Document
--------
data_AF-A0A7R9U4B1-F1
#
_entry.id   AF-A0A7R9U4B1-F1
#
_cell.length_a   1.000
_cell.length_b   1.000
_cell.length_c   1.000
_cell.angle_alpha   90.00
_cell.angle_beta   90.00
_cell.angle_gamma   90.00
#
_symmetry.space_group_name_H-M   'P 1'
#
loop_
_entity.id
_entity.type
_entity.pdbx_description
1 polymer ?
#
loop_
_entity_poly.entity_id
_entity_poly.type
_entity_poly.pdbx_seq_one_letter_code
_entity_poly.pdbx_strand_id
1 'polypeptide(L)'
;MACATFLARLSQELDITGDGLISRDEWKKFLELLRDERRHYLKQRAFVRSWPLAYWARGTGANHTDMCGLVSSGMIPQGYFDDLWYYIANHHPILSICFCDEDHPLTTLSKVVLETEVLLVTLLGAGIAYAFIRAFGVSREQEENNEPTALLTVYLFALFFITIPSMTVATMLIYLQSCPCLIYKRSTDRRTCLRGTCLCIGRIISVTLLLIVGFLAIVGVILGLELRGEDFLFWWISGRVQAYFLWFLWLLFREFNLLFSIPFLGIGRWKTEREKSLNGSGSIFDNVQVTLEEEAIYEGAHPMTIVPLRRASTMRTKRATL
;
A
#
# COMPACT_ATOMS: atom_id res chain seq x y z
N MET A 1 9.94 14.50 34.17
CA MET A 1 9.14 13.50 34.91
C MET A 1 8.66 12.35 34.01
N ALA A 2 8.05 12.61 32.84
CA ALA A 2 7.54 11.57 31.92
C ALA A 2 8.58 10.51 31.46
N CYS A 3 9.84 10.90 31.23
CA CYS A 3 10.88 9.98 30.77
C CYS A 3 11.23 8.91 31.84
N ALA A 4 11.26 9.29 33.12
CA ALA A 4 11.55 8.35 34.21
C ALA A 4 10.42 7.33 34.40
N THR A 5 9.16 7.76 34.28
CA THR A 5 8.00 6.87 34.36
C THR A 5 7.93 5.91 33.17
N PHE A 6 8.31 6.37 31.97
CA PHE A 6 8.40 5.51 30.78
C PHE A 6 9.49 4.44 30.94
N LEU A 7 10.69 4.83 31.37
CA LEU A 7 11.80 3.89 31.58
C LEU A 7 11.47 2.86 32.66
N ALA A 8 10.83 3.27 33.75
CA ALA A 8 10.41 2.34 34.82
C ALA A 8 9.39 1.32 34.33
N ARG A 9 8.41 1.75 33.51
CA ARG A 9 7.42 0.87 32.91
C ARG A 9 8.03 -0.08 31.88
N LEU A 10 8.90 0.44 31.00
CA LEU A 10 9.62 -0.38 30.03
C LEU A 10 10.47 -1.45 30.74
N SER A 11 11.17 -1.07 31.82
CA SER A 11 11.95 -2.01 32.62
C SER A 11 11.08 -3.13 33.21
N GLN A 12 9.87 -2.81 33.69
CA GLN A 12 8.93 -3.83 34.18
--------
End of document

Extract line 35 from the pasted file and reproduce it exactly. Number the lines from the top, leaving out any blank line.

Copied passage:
CA ALA A 2 7.54 11.57 31.92